The Bermuda Police Service(BPS) is today advising residents once again, to “remain vigilant regarding phone calls, e-mails and other correspondence from unknown persons that attempt to obtain personal information and other sensitive data – or even attempt to extort money”.

Police Media Relations released an example of a popular e-mail (below).

A spokesman said: “So far, recent scams of this type reported to police have not resulted in any financial losses. However, it is strongly recommended that senior citizens continue to be especially vigilant.”

  • [Email] 

I’m a hacker who cracked your email and device a few months ago. I know ‘123456’ is your password. You may not know me and your are most likely thinking why you’re  getting this email correct?

Well, I install malware on adult video clips and I know that you have visited these websites to have fun (you know what I mean). When you are watching these video clips, your browser operated a key-logger which gave me accessibility to your webcam and keyboard. Just after that, my software gathered every single one of your contacts from email, messenger and social networks.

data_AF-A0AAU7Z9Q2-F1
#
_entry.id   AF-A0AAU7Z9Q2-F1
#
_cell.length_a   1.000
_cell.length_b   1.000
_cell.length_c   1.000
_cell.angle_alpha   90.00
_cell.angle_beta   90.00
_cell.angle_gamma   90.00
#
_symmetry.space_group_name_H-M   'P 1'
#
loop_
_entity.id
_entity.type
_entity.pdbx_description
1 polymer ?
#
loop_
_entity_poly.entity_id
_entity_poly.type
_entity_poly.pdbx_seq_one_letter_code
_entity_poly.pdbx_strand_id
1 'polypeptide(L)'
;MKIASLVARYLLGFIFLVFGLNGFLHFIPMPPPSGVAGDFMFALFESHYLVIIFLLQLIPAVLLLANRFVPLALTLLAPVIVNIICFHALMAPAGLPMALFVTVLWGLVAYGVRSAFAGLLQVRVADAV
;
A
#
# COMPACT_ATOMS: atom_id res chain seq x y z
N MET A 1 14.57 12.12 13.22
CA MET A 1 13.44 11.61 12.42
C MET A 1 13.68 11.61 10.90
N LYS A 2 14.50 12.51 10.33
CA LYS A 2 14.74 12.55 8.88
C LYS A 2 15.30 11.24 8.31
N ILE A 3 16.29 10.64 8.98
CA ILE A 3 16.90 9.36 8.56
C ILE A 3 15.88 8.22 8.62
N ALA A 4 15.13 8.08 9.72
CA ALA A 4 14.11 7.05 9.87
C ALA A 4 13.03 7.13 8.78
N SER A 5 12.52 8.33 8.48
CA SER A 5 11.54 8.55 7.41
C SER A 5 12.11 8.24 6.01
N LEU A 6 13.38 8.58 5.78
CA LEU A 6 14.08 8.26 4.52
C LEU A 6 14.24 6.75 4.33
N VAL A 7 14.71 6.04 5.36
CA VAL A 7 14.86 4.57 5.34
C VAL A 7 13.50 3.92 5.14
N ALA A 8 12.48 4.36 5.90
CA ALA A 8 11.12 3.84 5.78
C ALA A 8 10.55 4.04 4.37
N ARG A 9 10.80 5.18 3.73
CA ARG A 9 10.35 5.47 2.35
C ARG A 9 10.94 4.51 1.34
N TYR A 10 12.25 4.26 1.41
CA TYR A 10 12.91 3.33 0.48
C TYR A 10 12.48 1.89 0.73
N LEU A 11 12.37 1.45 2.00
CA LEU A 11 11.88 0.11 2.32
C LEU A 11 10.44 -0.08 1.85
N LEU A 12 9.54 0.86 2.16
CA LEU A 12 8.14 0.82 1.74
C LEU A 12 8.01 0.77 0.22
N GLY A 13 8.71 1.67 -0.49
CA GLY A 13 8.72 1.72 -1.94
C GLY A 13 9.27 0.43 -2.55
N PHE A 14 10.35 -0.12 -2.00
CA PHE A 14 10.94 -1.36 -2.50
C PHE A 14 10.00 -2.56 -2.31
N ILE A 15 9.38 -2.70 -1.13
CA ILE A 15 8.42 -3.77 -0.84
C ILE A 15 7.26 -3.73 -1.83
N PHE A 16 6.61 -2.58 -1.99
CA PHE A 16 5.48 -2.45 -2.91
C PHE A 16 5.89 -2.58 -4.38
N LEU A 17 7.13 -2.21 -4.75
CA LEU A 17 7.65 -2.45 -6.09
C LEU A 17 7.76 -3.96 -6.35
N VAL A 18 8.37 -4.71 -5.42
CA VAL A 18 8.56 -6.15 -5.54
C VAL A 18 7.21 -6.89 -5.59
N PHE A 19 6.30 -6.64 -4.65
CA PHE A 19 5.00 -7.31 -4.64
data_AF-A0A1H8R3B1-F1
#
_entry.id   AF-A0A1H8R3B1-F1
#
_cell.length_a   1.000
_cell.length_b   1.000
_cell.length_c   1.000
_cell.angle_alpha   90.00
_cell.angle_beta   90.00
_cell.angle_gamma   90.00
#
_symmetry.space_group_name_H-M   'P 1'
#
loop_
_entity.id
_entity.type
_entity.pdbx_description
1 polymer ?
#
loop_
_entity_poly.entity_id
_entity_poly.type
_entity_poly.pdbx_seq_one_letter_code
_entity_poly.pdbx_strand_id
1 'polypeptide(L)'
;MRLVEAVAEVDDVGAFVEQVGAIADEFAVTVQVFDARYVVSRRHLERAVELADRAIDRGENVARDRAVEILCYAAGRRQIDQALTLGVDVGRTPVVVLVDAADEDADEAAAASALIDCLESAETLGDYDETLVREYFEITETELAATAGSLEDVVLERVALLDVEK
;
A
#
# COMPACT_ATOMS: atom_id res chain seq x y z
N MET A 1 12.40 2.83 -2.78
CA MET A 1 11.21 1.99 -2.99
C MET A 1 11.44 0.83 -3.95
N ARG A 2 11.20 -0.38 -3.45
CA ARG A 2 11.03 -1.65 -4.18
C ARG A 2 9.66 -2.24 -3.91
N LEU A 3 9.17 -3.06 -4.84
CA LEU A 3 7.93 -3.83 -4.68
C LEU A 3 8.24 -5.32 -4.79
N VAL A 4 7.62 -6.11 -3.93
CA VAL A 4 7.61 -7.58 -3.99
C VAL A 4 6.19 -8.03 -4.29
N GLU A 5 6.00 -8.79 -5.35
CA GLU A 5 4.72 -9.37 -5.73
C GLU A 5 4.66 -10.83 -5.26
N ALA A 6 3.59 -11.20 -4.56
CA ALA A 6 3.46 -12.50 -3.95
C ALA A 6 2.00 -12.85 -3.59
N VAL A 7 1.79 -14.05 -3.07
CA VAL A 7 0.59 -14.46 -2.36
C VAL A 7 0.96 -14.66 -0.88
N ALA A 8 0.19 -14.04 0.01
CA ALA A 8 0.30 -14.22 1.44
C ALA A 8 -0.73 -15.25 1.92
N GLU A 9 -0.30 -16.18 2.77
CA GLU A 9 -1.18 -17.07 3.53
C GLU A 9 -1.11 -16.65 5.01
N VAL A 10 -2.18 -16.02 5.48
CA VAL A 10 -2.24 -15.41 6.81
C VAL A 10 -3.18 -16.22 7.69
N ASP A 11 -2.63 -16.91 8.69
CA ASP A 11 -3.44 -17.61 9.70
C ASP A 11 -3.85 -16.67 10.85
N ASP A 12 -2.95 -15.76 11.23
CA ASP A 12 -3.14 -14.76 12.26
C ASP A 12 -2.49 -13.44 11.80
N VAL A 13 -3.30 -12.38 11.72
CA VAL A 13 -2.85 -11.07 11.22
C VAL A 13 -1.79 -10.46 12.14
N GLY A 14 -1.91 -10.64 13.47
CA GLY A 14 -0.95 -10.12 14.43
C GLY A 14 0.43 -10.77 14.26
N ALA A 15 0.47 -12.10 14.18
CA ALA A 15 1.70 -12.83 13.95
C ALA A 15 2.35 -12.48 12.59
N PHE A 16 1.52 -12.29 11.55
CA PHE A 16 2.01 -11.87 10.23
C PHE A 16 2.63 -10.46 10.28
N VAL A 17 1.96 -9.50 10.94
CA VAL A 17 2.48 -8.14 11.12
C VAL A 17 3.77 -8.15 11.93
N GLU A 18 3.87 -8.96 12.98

What did I do? Well, I created a video of you watching these adult websites. I have also hacked your email and am sending this email from your own email address. What should you now do? Well, I think $500 is a fair price to keep my little secret. You will make the payment through Bitcoin (search how to buy Bitcoin if you need to).

Bitcoin address: [a series of numbers and letters are included here].

Note: You only have one day to make the payment and my software will notify me when you’ve read this message.  If I do not receive Bitcoin, I will certainly send out your video recording to all of your contacts, including friends and family, colleagues and so forth. If I receive the payment I will destroy the video immediately. This is a non-negotiable one time offer. Don’t waste my time and yours by responding to this email.


The BPS spokesman added: “This e-mail works by convincing the user that their computer or e-mail account has been compromised and that they are being watched.

This is not the case. Fraudsters may have obtained historic e-mail accounts and passwords from insecure or compromised websites and thereafter used a technique called ‘spoofing’ as a means to validate claims of the user’s computer /e-mail account being compromised.

The best way to deal with these particular e-mails is to immediately delete.

Don’t open them, don’t reply, don’t open attachments, don’t click any links contained in the e-mails and certainly don’t send any money.

The use of commercially available anti-virus and firewall software will usually prevent any of the claims made within the fraudulent e-mails.”


If any person has suffered any financial loss as a result of this particular e-mail or simply wishes to discuss similarly suspicious e-mails, please contact the Financial Crime Unit on 247-1757 or